An Empty Cart


It’s a cold night. I want to feel anything other than what I am feeling. I pop the flip-top off the Jeep and drive the 20 minutes home. The cold air comes in from above and fills the front seat with a cool damp breeze. I’m driving with the heater on, and the dry, hot air warms my feet and my face. The music is playing low, and I can barely hear it over the sound of my tires on the road. It’s been a long, long night and all I can think about is what I chose to fill the shopping cart.

My mother has joined the ranks of the critically ill senior population and has begun the unending shovel from one facility to another. Into the hospital, into rehab, back to the hospital, to a new rehab. Monday dialysis. Wednesday Dialysis. Thursday Chemo. Friday dialysis. All the while she clings to life refusing to give up. I have asked her more than once, “Are you sure this is what you want?” When I close my eyes at night, I can hear the beeps of monitoring systems, the oxygen pumps, and the soft whirl of the dialysis machine in my head.

I have seen the absolute worst of care. We shut our parents into facilities ill-equipped to deal with their needs. Of course, the minimum of care is only available to you if the facility takes Medicare and the service you need is approved. I have listened to patients crying out for help and watched how providers walk through the halls with ease – tone-deaf to the yelps behind the curtains. I have not left my mother’s side. But so many others are here with no one. Left to the care of people who barely know their names. I hear their phone calls to loved ones begging to go, “please don’t forget I’m here.”

My mother was discharged from the hospital and sent to an acute rehabilitation center. When she times out of the approved care, the assisted living facility that is currently her home can no longer take her because of the decline in her health. I have two weeks to find a new home for my parents. I’m in a panic so thick it feels like cement boots pulling me down. The woman in the bed next to my mother shouts out, “I hate this place. They’re killing me here.” My mother shutters in fear. I put her headphones on to drown the black fear that casts a shadow in this place where people come to die.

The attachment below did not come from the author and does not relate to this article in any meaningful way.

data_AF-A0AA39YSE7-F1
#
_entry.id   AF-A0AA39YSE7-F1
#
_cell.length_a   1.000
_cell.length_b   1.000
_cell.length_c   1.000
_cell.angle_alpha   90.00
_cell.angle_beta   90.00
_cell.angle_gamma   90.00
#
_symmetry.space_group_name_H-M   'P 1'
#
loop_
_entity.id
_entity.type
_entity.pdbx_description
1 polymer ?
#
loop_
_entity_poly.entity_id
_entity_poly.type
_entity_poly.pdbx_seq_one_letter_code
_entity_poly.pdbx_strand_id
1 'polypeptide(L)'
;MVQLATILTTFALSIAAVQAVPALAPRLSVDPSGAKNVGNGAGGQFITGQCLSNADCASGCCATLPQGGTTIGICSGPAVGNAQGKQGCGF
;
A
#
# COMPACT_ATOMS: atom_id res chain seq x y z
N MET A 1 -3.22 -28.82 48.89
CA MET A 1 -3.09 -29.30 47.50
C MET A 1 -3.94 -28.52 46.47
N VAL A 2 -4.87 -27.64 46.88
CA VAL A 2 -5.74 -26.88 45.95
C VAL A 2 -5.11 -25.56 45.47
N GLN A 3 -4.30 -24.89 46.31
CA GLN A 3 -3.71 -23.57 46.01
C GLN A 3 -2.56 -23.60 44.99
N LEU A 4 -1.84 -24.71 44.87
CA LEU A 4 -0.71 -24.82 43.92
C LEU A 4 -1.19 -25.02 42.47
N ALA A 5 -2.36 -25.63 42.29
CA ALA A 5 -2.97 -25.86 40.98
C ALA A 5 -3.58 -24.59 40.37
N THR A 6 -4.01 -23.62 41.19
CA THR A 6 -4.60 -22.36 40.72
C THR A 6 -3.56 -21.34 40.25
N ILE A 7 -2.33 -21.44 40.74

I whisper in her ear, “I will never leave you. You will never be alone. I may have to go home to sleep for a few hours, but I will be back here with you every day. You will never be alone.” She has a fever now. I wonder what that means and what part of her body is failing. I stopped drinking alcohol for fear that I too will end up here – lying in a body filled with poisons because my kidneys can no longer wash away the years of living.

My mother looks at her chest and says to me, “They have used my chest for everything you can think of.” I tell her, “But you are still the most beautiful woman in the world to me.” She thanks me. All the while her skin is so thin that I can see every bone on her body, and her hair is falling out from around her face – I look at her, and all I can see is love. Unconditional love and acceptance. She really is so beautiful. You know like that feeling on the beach in the early morning – watching the sunrise with a light cool breeze tugging at you – that kind of love. She is the light of so many lives, flickering slowly as the candle melts.